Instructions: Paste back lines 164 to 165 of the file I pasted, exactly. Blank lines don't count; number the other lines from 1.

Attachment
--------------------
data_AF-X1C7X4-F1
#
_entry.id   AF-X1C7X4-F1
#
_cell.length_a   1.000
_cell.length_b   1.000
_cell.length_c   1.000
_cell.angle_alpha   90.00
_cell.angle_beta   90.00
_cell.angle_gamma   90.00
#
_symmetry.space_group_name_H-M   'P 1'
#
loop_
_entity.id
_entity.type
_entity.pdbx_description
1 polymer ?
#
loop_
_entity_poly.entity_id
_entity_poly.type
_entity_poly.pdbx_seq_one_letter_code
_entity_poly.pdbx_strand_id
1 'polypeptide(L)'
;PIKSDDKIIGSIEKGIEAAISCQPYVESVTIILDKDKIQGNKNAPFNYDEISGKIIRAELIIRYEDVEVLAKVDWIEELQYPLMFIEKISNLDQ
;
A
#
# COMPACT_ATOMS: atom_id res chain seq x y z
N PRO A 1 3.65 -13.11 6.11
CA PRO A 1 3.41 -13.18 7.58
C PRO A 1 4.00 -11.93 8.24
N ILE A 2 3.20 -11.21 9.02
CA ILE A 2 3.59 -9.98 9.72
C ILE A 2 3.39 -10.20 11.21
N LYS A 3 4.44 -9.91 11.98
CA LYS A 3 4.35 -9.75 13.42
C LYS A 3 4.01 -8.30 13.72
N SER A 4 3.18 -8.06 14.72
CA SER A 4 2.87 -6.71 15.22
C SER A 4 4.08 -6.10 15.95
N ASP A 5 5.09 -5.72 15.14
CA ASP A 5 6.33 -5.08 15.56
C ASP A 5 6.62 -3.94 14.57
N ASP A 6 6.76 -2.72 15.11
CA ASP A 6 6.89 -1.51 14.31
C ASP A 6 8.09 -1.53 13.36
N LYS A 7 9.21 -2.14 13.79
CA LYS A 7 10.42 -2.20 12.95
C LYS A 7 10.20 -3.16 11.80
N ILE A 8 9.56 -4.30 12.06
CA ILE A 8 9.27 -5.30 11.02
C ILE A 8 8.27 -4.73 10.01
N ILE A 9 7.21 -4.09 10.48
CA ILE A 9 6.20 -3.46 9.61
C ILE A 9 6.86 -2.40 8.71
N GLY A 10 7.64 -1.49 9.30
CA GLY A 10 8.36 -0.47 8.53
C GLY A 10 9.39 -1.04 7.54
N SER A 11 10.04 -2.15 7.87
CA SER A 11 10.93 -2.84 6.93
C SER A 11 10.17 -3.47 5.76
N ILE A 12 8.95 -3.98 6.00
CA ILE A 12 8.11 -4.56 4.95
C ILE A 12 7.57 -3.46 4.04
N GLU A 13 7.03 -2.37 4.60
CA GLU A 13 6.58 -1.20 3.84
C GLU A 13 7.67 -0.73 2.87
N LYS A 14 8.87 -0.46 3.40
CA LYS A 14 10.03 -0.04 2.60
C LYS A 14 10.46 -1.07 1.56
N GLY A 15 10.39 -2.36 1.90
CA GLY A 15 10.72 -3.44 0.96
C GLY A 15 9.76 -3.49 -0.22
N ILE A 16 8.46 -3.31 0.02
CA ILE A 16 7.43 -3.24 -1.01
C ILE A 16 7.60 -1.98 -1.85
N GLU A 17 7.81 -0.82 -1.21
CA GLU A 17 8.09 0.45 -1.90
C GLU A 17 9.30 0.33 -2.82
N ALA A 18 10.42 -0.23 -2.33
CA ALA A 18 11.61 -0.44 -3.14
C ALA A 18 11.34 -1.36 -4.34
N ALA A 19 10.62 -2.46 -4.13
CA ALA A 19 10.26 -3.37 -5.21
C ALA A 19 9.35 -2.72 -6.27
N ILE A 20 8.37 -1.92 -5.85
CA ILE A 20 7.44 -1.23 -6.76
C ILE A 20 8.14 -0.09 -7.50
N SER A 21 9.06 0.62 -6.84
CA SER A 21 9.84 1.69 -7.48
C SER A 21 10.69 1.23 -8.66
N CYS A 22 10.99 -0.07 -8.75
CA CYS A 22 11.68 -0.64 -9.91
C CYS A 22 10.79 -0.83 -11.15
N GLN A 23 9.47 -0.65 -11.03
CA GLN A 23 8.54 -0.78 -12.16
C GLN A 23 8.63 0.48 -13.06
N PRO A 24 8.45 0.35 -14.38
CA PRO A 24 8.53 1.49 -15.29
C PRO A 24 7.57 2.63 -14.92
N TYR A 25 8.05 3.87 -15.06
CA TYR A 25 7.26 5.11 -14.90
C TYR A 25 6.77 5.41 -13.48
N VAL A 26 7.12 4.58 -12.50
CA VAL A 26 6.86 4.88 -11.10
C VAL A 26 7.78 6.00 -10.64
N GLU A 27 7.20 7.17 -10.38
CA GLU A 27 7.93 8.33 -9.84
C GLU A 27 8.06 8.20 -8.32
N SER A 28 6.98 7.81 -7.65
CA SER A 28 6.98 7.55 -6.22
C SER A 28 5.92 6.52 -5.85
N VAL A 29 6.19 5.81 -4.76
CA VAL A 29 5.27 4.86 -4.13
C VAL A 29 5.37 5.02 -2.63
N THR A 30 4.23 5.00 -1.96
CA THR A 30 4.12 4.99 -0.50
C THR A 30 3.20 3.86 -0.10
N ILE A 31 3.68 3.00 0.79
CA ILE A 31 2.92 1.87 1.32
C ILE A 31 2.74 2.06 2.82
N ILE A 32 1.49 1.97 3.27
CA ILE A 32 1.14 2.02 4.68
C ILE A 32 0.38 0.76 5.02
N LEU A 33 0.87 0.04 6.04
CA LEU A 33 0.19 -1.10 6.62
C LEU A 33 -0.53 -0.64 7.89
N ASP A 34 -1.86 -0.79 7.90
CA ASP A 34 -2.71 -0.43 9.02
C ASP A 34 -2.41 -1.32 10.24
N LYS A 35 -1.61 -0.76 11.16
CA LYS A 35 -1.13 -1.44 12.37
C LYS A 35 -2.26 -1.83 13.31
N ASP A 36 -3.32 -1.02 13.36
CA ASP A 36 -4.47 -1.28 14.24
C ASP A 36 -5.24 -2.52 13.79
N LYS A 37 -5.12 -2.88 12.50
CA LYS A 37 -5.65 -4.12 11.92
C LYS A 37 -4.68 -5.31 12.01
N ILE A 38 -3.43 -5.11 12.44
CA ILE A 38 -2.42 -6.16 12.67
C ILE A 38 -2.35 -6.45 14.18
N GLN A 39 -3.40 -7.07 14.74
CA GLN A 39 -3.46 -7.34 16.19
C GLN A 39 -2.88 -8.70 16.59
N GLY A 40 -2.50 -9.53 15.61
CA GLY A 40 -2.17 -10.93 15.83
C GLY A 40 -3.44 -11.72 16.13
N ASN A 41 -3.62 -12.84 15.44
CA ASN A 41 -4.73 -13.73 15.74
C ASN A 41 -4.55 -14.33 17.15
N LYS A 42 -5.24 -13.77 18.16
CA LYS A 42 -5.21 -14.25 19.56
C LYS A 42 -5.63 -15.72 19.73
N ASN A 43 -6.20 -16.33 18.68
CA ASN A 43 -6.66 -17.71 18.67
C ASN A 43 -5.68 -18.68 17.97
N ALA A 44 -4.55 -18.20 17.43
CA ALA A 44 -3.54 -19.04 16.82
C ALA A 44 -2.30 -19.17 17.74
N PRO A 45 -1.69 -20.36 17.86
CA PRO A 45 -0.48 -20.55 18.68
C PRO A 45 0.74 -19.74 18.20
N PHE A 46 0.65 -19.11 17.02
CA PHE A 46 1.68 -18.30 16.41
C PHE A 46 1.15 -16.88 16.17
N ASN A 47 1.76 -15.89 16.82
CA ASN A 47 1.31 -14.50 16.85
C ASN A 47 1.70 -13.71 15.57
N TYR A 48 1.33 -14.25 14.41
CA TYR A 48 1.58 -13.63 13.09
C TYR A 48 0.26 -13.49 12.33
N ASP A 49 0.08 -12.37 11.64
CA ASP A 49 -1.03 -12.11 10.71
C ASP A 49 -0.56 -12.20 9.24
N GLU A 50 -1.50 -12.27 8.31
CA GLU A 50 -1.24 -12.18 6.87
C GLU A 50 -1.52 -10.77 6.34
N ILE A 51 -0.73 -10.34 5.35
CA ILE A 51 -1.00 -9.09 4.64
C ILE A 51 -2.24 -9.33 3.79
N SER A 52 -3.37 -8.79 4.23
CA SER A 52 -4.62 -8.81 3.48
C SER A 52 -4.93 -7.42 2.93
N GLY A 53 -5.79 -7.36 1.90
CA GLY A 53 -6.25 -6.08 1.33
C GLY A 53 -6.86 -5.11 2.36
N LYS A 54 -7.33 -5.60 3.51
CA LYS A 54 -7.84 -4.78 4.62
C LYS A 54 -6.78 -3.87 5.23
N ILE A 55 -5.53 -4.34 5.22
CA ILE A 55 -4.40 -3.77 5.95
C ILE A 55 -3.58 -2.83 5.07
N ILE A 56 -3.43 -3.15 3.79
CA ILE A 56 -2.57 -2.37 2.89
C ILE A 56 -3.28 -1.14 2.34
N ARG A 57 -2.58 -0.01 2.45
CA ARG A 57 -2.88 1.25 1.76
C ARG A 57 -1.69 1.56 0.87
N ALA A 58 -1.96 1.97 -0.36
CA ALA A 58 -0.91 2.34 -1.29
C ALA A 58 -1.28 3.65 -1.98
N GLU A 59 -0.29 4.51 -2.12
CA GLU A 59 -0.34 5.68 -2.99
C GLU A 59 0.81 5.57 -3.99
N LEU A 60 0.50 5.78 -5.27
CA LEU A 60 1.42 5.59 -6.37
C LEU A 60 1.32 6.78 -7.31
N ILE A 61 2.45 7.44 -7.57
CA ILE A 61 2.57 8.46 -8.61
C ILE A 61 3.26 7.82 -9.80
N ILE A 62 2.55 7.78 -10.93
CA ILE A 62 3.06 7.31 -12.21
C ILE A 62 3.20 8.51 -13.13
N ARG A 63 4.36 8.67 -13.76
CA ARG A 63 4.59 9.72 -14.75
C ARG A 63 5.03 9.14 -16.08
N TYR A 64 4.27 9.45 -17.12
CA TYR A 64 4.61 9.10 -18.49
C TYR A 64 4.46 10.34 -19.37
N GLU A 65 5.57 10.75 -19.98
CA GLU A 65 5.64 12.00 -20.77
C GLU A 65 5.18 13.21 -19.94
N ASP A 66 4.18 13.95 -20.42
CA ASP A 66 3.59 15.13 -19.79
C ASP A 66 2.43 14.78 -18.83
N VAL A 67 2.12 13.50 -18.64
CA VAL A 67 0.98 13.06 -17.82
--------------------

CA PRO A 45 -0.48 -20.55 18.68
C PRO A 45 0.74 -19.74 18.20